Book I
Chapter 4: Of Speech
Chapter 5: Of Reason, and Science


Speech was invented, according to Hobbes, for the purpose of putting mental discourse into verbal discourse. There are two benefits gained by this transformation of the mental into the verbal: First, words register a train of thoughts by giving name to the thoughts' conclusions, which can then be remembered without having to reconstruct the train of thoughts continually; second, mental discourse can thus be communicated to other people.

Hobbes identifies four uses of speech: 1) To record knowledge gained of things, which is the acquisition of Arts; 2) To communicate this knowledge to others, which is Counseling or Teaching; 3) To communicate intentions and desires to others and elicit their help; and 4) To entertain ourselves by playing with words.

Hobbes also identifies four abuses of speech: 1) Inconstant signification, in which we carelessly let the meanings of words shift; 2) Metaphorical language, in which we use certain words to mean other words in order to deceive; 3) Lies; and 4) Language employed to injure other people.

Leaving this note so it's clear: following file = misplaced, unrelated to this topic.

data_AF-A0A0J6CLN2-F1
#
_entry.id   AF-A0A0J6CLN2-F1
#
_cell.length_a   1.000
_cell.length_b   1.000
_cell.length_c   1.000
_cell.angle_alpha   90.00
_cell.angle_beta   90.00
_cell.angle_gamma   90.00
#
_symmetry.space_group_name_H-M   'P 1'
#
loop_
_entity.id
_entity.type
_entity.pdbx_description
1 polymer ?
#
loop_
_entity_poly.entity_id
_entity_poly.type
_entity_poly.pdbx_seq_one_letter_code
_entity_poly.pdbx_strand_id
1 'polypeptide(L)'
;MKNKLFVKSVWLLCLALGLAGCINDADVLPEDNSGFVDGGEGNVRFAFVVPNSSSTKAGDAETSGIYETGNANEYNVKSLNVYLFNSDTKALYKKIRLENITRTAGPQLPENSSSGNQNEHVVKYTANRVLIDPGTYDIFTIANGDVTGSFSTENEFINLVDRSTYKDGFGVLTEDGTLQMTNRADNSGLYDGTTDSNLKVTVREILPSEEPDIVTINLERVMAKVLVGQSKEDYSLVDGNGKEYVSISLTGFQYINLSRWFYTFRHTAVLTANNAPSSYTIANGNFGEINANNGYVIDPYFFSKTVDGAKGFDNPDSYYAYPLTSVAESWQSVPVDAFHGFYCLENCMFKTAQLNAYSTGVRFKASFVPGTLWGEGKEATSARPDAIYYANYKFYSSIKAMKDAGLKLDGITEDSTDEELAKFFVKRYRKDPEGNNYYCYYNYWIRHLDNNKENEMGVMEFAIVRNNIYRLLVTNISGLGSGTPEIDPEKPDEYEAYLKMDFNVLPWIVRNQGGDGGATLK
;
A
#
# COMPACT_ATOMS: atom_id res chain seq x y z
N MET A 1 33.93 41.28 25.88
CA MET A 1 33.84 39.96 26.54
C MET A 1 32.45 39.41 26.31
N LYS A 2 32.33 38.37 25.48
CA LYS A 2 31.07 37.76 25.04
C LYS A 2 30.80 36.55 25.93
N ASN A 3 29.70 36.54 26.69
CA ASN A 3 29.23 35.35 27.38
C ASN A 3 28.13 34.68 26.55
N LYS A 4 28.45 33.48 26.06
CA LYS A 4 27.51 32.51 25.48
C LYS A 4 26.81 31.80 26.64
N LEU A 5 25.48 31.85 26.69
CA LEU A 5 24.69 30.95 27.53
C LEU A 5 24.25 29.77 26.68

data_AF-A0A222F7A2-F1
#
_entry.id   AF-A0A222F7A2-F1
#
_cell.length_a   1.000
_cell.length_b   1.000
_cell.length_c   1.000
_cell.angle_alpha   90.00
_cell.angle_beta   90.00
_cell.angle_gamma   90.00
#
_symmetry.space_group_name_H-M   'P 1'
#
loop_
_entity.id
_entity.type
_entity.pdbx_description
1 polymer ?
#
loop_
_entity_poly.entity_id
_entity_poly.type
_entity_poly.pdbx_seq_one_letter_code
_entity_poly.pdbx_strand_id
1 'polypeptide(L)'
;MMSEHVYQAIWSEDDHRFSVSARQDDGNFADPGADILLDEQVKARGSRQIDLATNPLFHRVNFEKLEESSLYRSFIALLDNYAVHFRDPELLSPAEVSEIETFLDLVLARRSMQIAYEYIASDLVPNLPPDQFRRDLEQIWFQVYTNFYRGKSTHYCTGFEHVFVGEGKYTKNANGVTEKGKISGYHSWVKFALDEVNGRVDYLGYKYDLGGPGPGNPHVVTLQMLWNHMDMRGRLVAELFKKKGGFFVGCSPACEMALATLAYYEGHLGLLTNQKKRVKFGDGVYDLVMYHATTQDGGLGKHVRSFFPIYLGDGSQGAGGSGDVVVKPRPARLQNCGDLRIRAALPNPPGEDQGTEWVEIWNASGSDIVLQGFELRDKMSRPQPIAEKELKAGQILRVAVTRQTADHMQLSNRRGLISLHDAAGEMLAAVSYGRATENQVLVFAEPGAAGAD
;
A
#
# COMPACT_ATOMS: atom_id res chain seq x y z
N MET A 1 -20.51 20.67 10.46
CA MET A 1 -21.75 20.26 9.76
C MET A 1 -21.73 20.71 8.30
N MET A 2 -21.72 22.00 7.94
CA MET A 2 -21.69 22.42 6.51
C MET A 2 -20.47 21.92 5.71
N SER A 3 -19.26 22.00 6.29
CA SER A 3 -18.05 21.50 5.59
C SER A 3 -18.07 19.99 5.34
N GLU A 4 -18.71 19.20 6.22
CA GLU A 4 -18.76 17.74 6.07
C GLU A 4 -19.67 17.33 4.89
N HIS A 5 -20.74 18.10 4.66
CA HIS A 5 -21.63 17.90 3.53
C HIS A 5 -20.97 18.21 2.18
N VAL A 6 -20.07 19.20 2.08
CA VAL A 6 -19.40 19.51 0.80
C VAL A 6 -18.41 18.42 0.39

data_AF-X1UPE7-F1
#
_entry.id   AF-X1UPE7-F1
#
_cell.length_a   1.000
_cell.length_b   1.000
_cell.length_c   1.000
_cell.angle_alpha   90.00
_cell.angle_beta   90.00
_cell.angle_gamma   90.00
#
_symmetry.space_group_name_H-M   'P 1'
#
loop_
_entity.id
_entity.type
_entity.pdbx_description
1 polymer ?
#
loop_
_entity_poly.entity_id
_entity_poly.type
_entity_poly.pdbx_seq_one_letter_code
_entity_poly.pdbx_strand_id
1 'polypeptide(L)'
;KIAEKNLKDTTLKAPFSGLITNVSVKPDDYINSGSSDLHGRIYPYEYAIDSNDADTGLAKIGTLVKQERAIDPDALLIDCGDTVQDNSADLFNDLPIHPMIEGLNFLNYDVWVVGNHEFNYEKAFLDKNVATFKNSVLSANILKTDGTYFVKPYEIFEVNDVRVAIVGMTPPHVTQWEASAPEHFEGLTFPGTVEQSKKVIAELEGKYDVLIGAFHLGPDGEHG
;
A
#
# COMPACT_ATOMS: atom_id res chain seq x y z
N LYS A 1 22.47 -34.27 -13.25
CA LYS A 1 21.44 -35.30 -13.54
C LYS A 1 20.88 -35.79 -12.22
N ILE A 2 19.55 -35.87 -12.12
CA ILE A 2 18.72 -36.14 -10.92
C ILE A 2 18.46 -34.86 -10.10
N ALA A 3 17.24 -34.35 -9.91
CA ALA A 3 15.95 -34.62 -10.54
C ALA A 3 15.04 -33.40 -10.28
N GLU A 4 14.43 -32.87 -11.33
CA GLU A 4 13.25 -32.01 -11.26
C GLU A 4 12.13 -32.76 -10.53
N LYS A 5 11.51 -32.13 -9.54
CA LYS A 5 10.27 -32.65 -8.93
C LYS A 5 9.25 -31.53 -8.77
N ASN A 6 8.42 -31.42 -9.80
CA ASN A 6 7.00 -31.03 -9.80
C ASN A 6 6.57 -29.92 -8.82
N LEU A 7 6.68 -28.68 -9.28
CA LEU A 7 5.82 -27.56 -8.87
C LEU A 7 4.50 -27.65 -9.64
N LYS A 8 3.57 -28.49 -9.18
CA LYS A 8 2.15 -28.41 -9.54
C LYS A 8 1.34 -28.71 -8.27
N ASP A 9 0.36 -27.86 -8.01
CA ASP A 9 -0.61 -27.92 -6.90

Speech is defined in Hobbes's terms as "consisting of Names or Appellations, and their Connexion." Truth and falsehood, which cannot exist outside of speech, are consequent upon the nature of the connection made between names. Truth "consisteth in the right ordering of names in our affirmations," and thus to speak truly--in other words, to speak philosophically--one must use the precise and proper meanings of names. But Hobbes recognizes that we must have some foundational reference for determining whether a meaning is proper and suggests that, following the geometric method, true speech begin by gaining general acceptance of the definitions of its terms. He writes, "In Geometry (which is the onely Science that it hath pleased God hitherto to bestow upon mankind), men begin at settling the significations of their words; which settling of significations, they call Definitions; and place them at the beginning of their reckoning."

Hobbes believes that geometry is a venerable model for a philosophical language because geometry finds its stability in defined terms that everyone has agreed to recognize; therefore, geometric arguments are indisputable. It follows, then, that once philosophical definitions, or first principles, are established, true conclusions can be made by building logically upon prior claims. It is society that determines these first principles of philosophical discourse and true speech, but Hobbes is still faced with the problem of how to achieve social consent for the meanings of words.